It’s been awhile since I’ve blogged, and I’ve realized it’s been even longer since I’ve talked about some of the research I’ve saved and have been meaning to read. Now that I’ve switched to a new laptop and backed up a lot of the research articles I’ve saved, I’m taking the opportunity to finally go through them. These aren’t in any particular chronological order. I’m choosing them in the order they appear in my google drive, so I hope my readers will find these research articles or research summaries as fascinating as I have. My goal is to keep these blogs to approximately 750 words, so if my reviews are more extensive, they may extend through two or more blogs.
The first is Starting smart: How early experiences affect brain development. This booklet was put together by Zero to Three and The Ounce of Prevention Fund, and it was published in 2000. While it is 16 years old, I feel it is still very relevant to early childhood education.
First, this booklet discusses the importance or blend of genetics and environment. While genetics are largely important, it is the environment in which the infant and young child grows which will determine when and how certain genetic traits will develop. This is a recent discovery as there had previously been a debate as to which was the primary factor in human development. B.F. Skinner stressed that development, particularly language, was behavioral, based on the behaviors an infant sees as he is growing. Others, such as Noam Chomsky, argued that growth was innate, and it was this innateness that was the precursor to anything else that could cause development within an infant.
Zero to Three and Ounce of Prevention Fund argue that the combination is in fact the why and the how a person develops. And it is not simply observed behavior that influences development. Rather, it is nutrition, medical care, nurturing or the lack thereof, and observed behavior which will influence development, and of course as I mentioned above, how/when any innate traits contributed by the parents will develop. In other words, a child may have the innate ability to be bilingual, but unless that child has the all-around complete environmental contributors, that innate quality will either never be expressed or will be expressed to a lesser degree than it might have had the ability to do.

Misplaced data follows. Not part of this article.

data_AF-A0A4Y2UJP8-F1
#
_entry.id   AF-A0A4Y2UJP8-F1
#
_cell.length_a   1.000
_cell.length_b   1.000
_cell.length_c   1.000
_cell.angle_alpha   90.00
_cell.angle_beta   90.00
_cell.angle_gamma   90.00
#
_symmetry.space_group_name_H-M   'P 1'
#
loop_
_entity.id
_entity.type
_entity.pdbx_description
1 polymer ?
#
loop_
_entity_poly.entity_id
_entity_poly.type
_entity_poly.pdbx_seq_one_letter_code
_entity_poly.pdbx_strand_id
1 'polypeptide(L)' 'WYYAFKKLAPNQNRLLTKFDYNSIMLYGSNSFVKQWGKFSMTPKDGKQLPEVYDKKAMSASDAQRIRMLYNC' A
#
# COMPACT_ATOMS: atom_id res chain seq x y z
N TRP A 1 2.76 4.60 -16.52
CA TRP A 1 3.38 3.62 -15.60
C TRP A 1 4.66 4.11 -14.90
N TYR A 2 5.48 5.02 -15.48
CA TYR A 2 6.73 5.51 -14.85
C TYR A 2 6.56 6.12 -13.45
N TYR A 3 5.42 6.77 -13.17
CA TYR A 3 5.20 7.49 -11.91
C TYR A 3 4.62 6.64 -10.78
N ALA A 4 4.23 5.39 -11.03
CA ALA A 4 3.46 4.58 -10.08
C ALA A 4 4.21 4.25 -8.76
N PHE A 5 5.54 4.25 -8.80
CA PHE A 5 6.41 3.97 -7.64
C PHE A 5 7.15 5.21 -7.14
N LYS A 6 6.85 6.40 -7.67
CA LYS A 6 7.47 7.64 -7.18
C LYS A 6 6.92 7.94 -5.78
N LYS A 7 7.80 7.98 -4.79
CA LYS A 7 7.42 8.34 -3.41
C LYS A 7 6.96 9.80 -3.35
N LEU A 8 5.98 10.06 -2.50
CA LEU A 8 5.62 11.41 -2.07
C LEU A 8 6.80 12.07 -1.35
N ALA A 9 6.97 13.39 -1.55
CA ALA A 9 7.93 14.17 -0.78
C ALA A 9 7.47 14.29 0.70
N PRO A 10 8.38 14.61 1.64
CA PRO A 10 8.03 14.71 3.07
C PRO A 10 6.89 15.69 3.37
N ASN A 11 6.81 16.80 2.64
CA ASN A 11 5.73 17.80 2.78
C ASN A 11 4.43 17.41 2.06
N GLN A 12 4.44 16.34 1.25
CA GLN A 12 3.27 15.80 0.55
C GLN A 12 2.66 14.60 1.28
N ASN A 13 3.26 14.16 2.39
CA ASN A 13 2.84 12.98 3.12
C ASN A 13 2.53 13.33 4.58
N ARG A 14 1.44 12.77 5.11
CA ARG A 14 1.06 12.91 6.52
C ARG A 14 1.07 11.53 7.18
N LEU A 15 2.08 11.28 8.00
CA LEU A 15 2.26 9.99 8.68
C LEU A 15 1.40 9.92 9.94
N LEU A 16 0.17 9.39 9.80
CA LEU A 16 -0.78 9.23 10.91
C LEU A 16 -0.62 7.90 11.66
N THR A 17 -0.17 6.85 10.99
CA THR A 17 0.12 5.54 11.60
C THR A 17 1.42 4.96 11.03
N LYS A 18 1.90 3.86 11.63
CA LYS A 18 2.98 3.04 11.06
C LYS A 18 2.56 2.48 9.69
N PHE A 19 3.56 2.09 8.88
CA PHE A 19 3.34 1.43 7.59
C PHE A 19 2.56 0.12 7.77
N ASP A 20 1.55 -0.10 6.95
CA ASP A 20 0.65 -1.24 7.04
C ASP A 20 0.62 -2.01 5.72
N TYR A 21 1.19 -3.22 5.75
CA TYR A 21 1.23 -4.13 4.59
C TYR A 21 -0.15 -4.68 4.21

Further, it is important to note that the argument nature versus nurture takes on a greater significance. Nurture, in this article, isn’t just the environmental factors in general, but rather whether a child will be nurtured by his parents or neglected. Even a child with healthy genetics can develop into an adult that has severe mental or emotional disabilities.
My primary background before entering the world of general human development was in bilingual education. I had taken several bilingual education courses at the graduate level before deciding I wanted to pursue psychology and then educational psychology. So, I understood primarily how language and dual languages develop and the importance of exposure at a young age. I mention this simply because it’s important to note that the brain has a greater ability to learn when it is “new”. I have recently learned that the brain development or formation allows for so much more than language learning.
The author of Starting smart: How early experiences affect brain development explains, “In most regions of the brain, no new neurons are formed after birth. Instead, brain development consists of an ongoing process of wiring and re-wiring the connections among neurons” (p. 3). The brain can make new connections from one nerve to another, but it is essentially complete at birth. It has everything a child needs (or rather everything his parents could have possibly given him) to survive or thrive. Whether the child is able to use everything he is given is next dependent on that nutrition, medical care, education, etc. Once that brain formation period ends, at approximately as late as 10 years of age for some genetic expressions, very little can be done to retrieve those unexpressed genetic traits.
So, what does this all mean? Certainly most parents are aware that healthy development leads to success, but can all parents offer the quality of “healthy development”. Of course not. Socioeconomic factors play a role. The so-called exceptions to this rule are those that achieved some aspect of proper childhood medical care, nutrition, etc.
I will continue this discussion of socioeconomic background and brain development tomorrow.